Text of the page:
Economy threatens financial stability of city's budget
The current economy could play a cruel trick on New Richmond taxpayers if things don't start picking up soon.
In a report at the July 13 City Council meeting on the current status of the city's finances, consultant Sean Lentz of Ehlers & Associates noted that two of New Richmond tax increment financing districts will require attention in the next few years.
Tax Increment Financing District #6, which is part of the Business and Technical Park, needs to realize about $12 million in additional development in the next few years or debt payments will not be covered by the available revenue.
If the development does not occur, the taxpayers of the city would end up picking up the tab, Lentz said.
The same holds true for TIF District #8, which is along the new Highway 64 corridor coming into New Richmond.
Lentz said the county owns a big portion of the property in the district, but a big proposed project on that land eventually fell through.
If $10 million to $15 million in development doesn't occur by 2013 in that district, Lentz said debt payments could fall to the general tax levy as well.
"This is a substantial potential problem for the city," said City Clerk Joe Bjelland. "We really need to work with the county. This is the one that's a worrisome issue."
Lentz noted that the community's other tax increment financing districts are faring well, including the portion covering the older part of the Business and Tech Park, the Econofoods redevelopment project and the North Knowles redevelopment area.
The two that are having difficulty right now are the result of the declining economy, he said. When the districts were first established, officials expected there to be no problem paying for the public improvements associated with the projects, as the community was growing at a fast rate, Lentz said.
In other financial business, the council approved financing for a new street shop building and other capital projects.
Despite an effort to keep new borrowing at $1 million, New Richmond has been spending about $1.4 million a year on capital projects that add to the community's debt, said Alderman Fred Horne.
Bjelland said even with the extra borrowing this year, the city's debt levy will remain about the same as the past year, which is a positive note.
Bjelland said if borrowing can be limited to $1 million new debt a year from now on, the debt levy will remain essentially unchanged.
But Horne asked Lentz to provide additional projections if the city spends $1.5 million or $2 million a year instead.
"I think we lull ourselves into thinking we can do $1 million a year," he said. "This draws a better picture."
Horne said the city could have some "big ticket" items to pay for in the near future -- such as a new library and the Richmond Way extension -- that would not be covered by the $1 million annual cap.
In other business:
Horne, who is a St. Croix County Board supervisor as well, will apparently lead the charge in encouraging the county to begin collecting 100 percent of the library levy to help increase funding for operations.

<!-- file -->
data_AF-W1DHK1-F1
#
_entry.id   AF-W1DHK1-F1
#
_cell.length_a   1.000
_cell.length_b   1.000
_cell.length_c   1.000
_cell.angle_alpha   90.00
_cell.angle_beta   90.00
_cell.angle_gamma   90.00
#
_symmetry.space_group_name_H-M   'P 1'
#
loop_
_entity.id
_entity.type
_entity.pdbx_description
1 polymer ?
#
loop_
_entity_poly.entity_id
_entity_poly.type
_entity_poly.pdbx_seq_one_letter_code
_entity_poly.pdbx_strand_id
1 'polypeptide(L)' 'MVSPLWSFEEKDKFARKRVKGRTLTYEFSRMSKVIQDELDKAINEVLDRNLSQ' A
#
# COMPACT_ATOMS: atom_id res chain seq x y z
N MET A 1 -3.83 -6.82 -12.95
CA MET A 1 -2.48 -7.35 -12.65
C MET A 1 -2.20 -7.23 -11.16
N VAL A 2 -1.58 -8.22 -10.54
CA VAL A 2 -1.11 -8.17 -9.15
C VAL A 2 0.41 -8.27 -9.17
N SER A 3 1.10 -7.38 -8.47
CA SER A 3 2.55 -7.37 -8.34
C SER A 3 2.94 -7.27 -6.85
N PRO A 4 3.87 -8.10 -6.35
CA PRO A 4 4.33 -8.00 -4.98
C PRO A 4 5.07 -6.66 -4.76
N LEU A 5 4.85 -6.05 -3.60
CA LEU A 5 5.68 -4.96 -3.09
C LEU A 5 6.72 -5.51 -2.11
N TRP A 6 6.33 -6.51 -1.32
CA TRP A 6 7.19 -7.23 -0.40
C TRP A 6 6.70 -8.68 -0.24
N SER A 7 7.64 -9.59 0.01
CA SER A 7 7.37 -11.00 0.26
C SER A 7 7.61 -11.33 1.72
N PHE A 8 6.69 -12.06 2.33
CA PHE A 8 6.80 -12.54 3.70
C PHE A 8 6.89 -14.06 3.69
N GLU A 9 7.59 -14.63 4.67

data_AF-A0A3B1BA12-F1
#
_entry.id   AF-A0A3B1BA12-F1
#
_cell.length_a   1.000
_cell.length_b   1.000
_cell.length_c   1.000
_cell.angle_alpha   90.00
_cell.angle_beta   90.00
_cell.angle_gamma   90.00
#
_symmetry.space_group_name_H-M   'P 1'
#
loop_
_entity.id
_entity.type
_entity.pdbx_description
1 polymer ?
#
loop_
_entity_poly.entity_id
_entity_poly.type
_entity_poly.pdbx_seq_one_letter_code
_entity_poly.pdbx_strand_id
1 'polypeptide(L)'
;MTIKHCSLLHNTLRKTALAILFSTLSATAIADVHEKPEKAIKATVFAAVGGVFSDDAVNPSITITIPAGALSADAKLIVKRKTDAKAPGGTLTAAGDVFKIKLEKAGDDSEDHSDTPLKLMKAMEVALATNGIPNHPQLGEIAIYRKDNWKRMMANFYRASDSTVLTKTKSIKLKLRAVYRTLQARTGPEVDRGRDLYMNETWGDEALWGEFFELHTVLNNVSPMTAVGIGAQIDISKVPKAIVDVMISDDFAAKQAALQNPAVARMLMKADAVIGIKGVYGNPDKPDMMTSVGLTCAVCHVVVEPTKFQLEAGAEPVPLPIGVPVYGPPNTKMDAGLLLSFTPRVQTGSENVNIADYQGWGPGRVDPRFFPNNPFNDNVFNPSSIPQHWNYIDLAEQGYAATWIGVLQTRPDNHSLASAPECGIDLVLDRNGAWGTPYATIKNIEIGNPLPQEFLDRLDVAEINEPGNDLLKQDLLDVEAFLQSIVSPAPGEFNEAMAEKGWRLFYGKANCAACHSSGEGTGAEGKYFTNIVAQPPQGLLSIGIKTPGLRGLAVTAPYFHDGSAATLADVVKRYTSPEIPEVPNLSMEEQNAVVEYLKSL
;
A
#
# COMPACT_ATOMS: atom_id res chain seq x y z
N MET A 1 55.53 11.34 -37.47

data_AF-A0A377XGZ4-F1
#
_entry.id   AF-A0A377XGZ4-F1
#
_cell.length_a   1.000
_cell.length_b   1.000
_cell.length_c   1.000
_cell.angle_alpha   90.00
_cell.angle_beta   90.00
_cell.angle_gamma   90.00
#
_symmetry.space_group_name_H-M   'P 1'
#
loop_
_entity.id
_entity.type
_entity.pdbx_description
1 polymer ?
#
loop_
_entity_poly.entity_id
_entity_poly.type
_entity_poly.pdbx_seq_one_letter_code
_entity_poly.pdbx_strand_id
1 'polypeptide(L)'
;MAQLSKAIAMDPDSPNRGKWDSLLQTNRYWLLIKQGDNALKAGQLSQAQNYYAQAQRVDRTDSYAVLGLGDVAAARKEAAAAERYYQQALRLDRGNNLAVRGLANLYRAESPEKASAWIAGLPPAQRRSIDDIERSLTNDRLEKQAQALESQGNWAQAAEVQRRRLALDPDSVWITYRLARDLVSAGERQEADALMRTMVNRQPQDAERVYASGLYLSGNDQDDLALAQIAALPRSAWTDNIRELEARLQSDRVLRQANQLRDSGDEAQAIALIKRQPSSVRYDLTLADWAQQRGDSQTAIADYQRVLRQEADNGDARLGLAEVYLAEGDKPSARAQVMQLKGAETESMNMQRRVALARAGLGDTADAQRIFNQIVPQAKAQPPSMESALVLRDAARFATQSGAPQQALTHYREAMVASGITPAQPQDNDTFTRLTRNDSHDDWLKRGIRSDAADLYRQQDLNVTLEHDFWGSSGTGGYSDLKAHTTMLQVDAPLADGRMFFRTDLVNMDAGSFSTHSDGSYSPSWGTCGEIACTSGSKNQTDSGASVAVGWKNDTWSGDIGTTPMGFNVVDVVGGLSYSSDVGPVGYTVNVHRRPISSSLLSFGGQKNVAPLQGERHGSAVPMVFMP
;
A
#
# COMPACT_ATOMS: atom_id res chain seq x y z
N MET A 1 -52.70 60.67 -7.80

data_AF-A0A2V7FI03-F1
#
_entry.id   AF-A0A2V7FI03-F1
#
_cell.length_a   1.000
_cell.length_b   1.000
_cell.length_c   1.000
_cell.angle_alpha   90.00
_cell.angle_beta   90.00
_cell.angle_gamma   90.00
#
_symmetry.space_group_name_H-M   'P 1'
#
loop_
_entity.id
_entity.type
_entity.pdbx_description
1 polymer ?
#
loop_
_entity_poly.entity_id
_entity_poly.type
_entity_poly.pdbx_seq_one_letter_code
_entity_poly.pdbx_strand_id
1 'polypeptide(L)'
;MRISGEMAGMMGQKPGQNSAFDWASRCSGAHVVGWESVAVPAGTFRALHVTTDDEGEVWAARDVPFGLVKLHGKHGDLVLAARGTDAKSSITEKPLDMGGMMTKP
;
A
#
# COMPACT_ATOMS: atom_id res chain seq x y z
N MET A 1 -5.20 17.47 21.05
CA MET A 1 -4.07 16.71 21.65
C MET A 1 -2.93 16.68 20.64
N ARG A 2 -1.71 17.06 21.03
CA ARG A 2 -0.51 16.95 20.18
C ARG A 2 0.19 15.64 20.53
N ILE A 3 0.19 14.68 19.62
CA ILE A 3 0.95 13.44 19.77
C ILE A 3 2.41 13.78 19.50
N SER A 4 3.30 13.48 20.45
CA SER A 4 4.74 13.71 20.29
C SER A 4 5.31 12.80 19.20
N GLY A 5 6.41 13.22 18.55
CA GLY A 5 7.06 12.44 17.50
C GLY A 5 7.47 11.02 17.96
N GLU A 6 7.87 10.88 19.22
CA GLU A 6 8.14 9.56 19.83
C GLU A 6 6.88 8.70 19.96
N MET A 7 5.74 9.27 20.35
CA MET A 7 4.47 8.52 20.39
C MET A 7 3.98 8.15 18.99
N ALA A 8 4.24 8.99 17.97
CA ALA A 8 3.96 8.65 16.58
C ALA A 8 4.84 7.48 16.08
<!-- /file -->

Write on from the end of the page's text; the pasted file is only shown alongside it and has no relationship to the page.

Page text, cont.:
Currently public libraries only receive 71 percent of the funding they're due to cover costs associated with serving patrons in surrounding townships and villages.
The remaining 29 percent gap in funding is essentially subsidized by city taxpayers.
Council member Jim Zajkowski said a bump in the county levy would only amount to $15 a year for the owner of a $200,000 home in a township.
Zajkowski said most elected officials in the area seem to agree that coming up with a fair way of paying for library services is a good idea.
The council voted to establish a new "Public Properties District" within its zoning ordinances. The city hopes to use the zoning designation for schools.
Building Inspector John Frisco said Wisconsin Indianhead Technical College's property in New Richmond is inappropriately zoned right now.
As WITC seeks to expand, Frisco said, its zoning must change to allow for construction.
"They're dead in the water on their 29-acre campus right now," he said.
The council set a community and neighborhood meeting to talk about options for extending the bicycle and pedestrian pathway from the Rail Bridge Trail to the Millpond. There are proposals to run the path along Minnesota and possibly Dakota at the present time. The meeting will be Wednesday, Aug. 5, at 7 p.m. at the Civic Center.
New Richmond Golf Club pro Ross Johnson reported that the public course is doing well, despite the poor economy.
"We're a little bit ahead of last year's pace," he said. "It's better than we thought it would be."
Darian Blattner, director of the New Richmond Area Centre, reported that the recreational facility's financial health continues to be strong. Membership units have grown from 770 in January, when the YMCA left town, to 1,228 today.
The Centre's swim program, Silver Sneakers group and after-school programs have been very successful as well, he said.
"Things have gone better than anyone could have anticipated," he said.
To meet the needs of a growing membership, Blattner asked the council for permission to renovate the facility's gym. The plan is to cut the 10,000-square-foot space by 4,000 square feet, then add to the group fitness and weight room spaces. The locker rooms would also be renovated.
Blattner said the cost of the project would likely be around $125,000, which the non-profit organization hopes to raise through donations.